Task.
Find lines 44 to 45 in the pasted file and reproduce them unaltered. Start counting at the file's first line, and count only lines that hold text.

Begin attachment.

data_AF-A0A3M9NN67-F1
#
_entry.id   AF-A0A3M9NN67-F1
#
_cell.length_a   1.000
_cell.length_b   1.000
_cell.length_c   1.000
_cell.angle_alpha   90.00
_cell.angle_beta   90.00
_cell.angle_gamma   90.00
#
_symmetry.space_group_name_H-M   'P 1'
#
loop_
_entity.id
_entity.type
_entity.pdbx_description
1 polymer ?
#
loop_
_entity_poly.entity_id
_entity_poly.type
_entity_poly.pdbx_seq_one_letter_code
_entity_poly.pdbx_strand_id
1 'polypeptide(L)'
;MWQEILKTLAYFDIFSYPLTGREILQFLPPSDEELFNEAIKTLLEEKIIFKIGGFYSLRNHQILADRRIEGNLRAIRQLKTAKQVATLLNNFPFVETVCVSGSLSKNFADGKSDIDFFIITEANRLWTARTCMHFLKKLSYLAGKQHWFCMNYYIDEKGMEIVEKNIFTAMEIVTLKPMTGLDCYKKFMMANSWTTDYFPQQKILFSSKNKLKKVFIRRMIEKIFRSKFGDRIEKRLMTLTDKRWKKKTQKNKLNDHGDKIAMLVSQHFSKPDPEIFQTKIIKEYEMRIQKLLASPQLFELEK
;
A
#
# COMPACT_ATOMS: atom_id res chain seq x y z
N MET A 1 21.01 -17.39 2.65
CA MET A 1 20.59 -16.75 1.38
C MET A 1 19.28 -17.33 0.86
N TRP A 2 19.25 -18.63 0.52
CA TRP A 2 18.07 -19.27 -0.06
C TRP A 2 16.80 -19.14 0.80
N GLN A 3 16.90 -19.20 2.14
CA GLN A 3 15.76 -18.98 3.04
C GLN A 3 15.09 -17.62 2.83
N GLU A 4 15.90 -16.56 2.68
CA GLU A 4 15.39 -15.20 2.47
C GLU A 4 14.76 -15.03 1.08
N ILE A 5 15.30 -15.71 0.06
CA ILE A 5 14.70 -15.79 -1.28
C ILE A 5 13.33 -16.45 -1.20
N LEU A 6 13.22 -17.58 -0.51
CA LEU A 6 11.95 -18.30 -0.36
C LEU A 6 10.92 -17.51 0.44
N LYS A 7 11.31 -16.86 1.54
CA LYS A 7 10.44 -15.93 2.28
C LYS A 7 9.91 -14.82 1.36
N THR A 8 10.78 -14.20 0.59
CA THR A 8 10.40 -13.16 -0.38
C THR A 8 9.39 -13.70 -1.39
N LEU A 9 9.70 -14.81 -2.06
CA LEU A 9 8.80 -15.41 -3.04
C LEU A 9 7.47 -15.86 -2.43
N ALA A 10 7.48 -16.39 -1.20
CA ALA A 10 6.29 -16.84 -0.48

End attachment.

CA ILE A 5 14.70 -15.79 -1.28
C ILE A 5 13.33 -16.45 -1.20